How To Use ‘Heart Points’ In The New Google Fit

How To Use ‘Heart Points’ In The New Google Fit

Android: With its latest redesign, Google Fit no longer makes a big deal about your steps for the day (although the number is still there, in fine print). Instead, you’re supposed to be tracking your Move Minutes and the mysterious Heart Points.

Move Minutes are the number of minutes you’ve moved around. You probably figured that out just by reading the words “Move Minutes”. This could be exercise, or even short bouts of activity such as getting up for a cup of coffee.

But Heart Points seem to be confusing people, so here’s what you need to know.

What do Heart Points even measure?

There are many ways to determine how much exercise you should get each day, which is a weird question to answer because the answer is always “more is better”. If you’re using a device to measure exercise, the device will judge you in whatever terms it measures most easily — such as the arbitrary 10,000 steps set as a goal by early pedometer manufacturers.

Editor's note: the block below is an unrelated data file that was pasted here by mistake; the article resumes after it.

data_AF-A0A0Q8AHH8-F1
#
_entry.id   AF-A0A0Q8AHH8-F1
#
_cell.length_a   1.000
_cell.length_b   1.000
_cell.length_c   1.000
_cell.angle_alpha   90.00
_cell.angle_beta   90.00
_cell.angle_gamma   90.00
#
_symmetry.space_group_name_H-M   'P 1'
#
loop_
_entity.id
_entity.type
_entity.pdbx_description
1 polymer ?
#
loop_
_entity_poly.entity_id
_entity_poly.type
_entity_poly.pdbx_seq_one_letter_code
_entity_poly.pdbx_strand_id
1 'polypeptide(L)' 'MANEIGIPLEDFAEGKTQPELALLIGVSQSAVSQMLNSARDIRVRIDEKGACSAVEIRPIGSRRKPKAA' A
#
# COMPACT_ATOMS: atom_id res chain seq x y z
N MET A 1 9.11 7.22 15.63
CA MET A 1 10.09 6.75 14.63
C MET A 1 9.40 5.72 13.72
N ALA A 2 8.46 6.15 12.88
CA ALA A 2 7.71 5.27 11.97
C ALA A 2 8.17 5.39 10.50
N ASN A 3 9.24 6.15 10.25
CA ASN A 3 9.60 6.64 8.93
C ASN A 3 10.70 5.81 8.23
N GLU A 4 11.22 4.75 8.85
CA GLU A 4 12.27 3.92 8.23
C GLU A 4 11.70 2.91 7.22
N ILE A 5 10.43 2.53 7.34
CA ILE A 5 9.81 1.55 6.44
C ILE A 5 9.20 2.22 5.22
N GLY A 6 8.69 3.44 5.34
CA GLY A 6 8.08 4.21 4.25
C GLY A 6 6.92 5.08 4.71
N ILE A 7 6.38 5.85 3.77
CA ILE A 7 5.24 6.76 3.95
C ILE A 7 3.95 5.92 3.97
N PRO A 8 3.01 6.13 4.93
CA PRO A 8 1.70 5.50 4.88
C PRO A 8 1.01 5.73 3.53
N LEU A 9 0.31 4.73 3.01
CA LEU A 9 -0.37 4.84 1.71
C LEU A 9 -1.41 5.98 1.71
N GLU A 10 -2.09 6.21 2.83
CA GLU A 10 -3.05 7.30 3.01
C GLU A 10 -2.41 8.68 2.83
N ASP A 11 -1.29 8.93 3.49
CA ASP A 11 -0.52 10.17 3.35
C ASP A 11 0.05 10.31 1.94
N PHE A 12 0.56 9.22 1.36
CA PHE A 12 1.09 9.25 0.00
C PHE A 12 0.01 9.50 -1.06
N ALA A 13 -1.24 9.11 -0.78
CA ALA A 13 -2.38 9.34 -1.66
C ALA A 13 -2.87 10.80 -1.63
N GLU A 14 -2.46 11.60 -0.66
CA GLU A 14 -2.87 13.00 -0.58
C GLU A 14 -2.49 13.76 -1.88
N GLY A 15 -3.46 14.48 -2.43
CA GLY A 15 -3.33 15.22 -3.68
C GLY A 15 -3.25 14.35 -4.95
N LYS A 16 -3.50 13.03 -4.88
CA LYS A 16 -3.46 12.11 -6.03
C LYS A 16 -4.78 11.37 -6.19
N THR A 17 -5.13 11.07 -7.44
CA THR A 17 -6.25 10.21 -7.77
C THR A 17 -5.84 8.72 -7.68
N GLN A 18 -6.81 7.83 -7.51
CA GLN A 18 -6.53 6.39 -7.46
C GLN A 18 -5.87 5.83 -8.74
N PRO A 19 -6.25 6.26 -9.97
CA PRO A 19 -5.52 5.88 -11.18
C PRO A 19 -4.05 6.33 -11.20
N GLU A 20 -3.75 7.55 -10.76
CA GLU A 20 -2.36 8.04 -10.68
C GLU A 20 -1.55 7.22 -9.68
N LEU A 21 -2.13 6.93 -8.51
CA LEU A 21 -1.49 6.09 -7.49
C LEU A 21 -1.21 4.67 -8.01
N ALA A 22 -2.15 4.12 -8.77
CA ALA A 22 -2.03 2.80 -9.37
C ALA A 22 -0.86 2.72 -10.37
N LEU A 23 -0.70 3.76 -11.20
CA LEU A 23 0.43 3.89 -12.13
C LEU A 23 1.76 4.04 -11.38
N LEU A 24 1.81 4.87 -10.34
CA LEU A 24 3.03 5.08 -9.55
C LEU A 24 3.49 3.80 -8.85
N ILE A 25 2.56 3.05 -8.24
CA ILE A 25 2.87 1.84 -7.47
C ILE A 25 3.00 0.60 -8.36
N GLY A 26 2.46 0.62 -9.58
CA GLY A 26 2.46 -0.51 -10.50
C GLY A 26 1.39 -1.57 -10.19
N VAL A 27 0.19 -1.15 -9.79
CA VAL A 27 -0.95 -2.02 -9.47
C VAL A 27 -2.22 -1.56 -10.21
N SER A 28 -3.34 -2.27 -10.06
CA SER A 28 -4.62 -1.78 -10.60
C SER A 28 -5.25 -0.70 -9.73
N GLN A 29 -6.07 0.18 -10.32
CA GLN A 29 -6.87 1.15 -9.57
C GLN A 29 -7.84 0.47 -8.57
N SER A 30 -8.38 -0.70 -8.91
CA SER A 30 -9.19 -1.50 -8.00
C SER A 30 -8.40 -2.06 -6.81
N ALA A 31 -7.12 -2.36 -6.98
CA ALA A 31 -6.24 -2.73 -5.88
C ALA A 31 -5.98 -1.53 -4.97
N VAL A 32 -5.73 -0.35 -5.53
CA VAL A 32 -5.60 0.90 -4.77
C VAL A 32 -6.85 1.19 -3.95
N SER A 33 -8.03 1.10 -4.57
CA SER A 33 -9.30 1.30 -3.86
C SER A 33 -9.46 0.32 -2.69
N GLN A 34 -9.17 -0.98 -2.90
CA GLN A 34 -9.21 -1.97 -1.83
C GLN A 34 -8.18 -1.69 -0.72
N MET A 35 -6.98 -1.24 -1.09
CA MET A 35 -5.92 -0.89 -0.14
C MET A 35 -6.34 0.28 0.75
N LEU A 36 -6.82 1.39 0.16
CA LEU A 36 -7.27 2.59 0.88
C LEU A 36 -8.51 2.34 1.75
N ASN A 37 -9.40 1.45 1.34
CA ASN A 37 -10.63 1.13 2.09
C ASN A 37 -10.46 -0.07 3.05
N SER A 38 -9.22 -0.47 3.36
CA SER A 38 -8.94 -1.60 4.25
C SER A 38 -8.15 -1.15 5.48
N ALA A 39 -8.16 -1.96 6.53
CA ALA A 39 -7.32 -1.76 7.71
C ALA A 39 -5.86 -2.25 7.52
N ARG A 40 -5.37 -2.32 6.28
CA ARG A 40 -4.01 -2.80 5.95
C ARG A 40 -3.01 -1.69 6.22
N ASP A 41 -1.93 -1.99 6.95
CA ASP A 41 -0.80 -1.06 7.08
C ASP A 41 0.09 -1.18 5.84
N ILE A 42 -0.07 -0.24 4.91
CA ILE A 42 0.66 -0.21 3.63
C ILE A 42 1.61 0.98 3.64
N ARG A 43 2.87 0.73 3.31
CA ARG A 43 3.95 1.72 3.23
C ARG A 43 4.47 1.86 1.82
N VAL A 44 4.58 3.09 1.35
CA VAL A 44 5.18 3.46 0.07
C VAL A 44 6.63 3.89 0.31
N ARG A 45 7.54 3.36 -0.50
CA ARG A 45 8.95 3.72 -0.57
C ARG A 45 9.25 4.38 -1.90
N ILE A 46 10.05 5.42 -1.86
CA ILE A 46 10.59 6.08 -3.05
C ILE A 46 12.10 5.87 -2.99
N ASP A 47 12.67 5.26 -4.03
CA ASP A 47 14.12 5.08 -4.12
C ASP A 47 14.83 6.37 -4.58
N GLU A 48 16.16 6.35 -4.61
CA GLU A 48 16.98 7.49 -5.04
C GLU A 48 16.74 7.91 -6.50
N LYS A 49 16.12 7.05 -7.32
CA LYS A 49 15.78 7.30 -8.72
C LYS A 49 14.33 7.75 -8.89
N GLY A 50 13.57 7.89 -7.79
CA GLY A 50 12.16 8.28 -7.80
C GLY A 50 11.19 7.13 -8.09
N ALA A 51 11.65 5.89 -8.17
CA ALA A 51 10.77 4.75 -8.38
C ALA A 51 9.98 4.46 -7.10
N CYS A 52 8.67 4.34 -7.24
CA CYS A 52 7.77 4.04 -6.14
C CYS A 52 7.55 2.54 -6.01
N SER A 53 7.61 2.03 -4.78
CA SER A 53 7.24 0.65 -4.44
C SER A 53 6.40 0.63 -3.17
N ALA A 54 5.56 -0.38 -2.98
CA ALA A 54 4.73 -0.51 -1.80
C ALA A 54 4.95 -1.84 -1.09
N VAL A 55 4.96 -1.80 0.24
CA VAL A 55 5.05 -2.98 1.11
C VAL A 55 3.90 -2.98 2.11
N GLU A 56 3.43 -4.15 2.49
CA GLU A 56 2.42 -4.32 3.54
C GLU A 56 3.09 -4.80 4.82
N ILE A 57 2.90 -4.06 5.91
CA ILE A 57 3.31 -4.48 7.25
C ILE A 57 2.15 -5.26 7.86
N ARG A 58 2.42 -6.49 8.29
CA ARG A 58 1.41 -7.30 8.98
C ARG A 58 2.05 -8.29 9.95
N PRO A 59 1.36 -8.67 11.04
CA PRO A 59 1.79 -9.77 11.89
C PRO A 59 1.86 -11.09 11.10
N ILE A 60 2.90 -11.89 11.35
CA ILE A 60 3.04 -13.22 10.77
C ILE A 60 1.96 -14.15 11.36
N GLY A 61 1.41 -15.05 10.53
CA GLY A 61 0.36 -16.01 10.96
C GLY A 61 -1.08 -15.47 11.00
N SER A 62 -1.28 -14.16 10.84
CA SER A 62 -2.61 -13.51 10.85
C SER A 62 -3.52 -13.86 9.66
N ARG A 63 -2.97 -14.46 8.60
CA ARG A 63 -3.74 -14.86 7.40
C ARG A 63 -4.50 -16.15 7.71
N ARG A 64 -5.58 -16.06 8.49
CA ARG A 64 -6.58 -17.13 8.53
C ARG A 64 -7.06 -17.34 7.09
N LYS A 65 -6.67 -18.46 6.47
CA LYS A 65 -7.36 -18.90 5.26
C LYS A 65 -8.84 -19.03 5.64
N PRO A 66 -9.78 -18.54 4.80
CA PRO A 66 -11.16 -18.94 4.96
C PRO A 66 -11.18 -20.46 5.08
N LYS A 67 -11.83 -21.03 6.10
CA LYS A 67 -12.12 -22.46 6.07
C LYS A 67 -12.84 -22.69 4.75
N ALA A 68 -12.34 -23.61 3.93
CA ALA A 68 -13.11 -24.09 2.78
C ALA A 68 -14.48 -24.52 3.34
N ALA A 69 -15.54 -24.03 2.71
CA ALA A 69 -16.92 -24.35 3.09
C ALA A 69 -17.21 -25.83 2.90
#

[referenced url=”” thumb=”” title=”10,000 Steps Is A Bullshit Goal” excerpt=”More exercise is better than less, but beyond that, there’s nothing special about taking 10,000 steps each day.”]

Heart points actually have some evidence behind them. They represent a minute of moderate exercise (such as brisk walking), of which the American Heart Association says you should get 150 per week.

But wait! Brisk walking is nothing if you’re a runner. If you can work twice as hard as that, shouldn’t you get twice the credit? The answer is yes — the American Heart Association says that 75 minutes of vigorous exercise (such as running) is as good as 150 minutes of moderate.

And so Google Fit awards Heart Points accordingly. If you walk 30 minutes, you get 30 Heart Points. If you run 30 minutes, you get 60 Heart Points. Either way, you’ll make the American Heart Association happy if you earn 150 Heart Points per week.

How do I change my Heart Points target?

When I installed the new Google Fit, it suggested I try to earn 10 Heart Points each day. That isn’t enough to make the guidelines, though — perhaps it wanted to start me off easy.

To adjust your goal, tap Profile in the Google Fit app, and then you can set your Heart Point goal — but remember that it’s per day. So if you’re aiming for 150 per week, that’s about 22 per day. Aim higher if you can, or tweak it downward if you can’t manage that much. Either way, the more you move the better, so aim to get more active over time if you can.

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